Duck Blind by Regina Guarino

Photo of person looking through their fingers
 

Across the narrow alley way between row houses, where trash cans totter and feral cats loiter, a window opens onto the neighbors’ kitchen. For once, the blinds are open after dark, and I can see the family at dinner. Though they moved in this past winter, we haven’t spoken yet; but I feel like I know them from their Sunday morning ritual. If I sit at my front window at 8:45 a.m. sharp—which I often do as I drink coffee and read the newspaper in my chair—I see them file onto the sidewalk, from tallest … Continue reading Duck Blind by Regina Guarino

When the Waters Rise or Storm Descends and Chicken, 2 poems by Michael Quattrone

black cliff with sun behind it, people on top
 

When the Waters Rise or Storm Descends Each family will have gathered what is durable and light. How far will the little ones walk before they ask to be carried. What else will you set down. When are we going to be there. Even our grief will not put out the fire. There it is, burning, lighter and lighter, singing into a mouthful of air. Chicken By the third time I checked on her, she had no eyes, just two white sockets where they should have been. A pair of glossy beetles, oblong, paddled in … Continue reading When the Waters Rise or Storm Descends and Chicken, 2 poems by Michael Quattrone

Culture Shock by Rachel Lutwick-Deaner

Photo of kayaker on water
 

Fifteen years ago, I knew that moving to the Midwest would be a kind of culture shock. I knew it because I googled “Regional Food of Michigan” and the first thing that came up was “cereal.” But I didn’t know then what I know now, that Midwestern Nice was going to be the real shock. I always felt shy growing up on Long Island. Part of that shyness was that I was an outsider from the start. We started our lives as a family in Palo Alto, Calif., where I was born at Stanford University … Continue reading Culture Shock by Rachel Lutwick-Deaner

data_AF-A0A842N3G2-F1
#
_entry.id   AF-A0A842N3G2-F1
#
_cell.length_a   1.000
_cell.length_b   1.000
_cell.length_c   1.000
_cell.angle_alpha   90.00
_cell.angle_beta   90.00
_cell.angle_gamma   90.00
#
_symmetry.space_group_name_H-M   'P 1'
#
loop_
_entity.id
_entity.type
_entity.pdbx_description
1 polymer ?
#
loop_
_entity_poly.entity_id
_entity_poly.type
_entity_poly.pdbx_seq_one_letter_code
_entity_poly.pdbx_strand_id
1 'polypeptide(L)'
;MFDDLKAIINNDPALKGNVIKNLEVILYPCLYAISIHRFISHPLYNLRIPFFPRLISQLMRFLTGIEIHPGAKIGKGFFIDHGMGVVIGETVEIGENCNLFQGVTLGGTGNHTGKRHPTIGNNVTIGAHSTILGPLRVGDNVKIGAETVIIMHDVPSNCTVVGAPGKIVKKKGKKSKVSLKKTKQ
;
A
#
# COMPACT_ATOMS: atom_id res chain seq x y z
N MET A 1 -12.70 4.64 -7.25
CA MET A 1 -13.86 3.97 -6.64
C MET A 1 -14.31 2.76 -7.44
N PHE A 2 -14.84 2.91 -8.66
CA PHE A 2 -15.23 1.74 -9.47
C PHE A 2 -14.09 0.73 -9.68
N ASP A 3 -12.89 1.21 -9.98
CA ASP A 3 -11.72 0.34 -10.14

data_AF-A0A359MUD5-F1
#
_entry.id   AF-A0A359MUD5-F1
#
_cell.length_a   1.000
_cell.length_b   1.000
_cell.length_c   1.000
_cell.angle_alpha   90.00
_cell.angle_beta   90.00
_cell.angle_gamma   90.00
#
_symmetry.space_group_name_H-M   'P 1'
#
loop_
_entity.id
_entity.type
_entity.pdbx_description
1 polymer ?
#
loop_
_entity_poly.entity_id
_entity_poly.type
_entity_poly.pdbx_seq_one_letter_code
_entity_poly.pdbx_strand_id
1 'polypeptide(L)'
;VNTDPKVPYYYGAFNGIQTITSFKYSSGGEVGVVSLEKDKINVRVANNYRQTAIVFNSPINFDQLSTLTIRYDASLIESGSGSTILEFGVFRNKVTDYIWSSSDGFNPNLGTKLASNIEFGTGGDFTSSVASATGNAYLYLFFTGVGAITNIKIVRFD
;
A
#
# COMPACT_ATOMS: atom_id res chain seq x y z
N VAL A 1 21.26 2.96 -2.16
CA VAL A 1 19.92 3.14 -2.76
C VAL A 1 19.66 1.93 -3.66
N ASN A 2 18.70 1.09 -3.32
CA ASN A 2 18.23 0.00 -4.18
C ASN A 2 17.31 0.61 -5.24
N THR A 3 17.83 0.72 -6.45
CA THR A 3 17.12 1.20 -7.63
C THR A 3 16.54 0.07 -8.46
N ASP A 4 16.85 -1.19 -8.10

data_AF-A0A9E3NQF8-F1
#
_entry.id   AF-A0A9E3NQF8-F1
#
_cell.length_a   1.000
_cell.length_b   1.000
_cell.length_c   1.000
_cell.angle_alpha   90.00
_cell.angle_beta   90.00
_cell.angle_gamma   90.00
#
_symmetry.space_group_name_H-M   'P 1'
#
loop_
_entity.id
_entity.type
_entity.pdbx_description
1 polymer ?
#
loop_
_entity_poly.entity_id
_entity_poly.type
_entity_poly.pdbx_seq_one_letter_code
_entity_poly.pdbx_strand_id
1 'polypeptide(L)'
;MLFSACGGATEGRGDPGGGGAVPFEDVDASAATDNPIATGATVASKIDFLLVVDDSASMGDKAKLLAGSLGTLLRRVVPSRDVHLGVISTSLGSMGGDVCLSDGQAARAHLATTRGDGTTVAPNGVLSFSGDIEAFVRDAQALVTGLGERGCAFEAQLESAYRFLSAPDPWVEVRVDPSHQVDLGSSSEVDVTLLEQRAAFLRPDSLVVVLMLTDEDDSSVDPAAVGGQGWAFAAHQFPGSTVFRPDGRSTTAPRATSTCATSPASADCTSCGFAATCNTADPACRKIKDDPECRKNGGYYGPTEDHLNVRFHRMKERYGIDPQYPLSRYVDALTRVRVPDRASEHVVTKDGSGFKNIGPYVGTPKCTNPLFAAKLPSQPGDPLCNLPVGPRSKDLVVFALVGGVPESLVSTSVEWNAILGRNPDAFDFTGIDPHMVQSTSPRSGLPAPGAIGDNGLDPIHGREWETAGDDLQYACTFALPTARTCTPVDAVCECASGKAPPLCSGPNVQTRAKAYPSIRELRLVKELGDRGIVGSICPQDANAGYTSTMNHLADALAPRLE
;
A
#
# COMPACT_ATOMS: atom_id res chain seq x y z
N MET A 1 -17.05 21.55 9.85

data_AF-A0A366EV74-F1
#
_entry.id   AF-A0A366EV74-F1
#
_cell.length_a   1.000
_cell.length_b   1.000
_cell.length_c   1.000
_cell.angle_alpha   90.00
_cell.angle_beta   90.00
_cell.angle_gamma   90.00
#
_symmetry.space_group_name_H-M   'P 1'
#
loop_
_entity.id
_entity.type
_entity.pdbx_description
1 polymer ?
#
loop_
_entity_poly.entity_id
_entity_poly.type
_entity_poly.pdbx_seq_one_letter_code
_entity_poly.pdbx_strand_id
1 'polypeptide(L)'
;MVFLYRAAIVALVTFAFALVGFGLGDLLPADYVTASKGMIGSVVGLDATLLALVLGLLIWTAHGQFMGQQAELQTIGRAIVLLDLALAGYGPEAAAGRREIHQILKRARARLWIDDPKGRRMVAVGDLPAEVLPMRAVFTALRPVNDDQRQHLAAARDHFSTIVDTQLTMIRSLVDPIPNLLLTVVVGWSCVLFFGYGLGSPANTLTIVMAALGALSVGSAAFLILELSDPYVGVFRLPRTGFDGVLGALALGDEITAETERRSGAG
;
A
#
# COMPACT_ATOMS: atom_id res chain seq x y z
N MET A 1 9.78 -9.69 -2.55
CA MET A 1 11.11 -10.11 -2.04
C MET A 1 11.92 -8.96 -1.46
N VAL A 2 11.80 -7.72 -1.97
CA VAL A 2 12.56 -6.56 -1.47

Sure to Glisten by Ashley Taylor

black silhouette of weeds
 

The vermillion sun salts our mouths, warmth brimming with the sapor of brine. I write on my arm the torrid air a salve for wounds pleasure can make known again. Why is it important that we remember the metrics of marking time? All I ever am haunted by the naming of things, the finality of definition of anything being anything more than what is. Fascinated by turning toward, becoming haloed from a moving silhouette— I write nonsense, vague and unspecific defenses, keeping me from being known. Next to me, someone is talking (to me?) of … Continue reading Sure to Glisten by Ashley Taylor

Passionflowers by Joyce Compton Brown

Blue Passionflower
 

  Mollypops, we called them, stomping with our small shoes, heaving them like baseballs, bursting them green against the barn wall. We were children, seeking to destroy, as children do, leaving the juice-encased seeds to rot, perhaps reseed the pasture’s edge. Now I watch them in the garden. They droop egg-like, ripen toward yellow, draping palmate leaves like mittened hands sheltering blossom and fruit. How frail the flowers perched atop the leaves, a few still blooming purple! Passiflora incarnate, naked as Botticelli’s Chloris in her flimsy veil. Style and stigma, anthers invite golden bee to … Continue reading Passionflowers by Joyce Compton Brown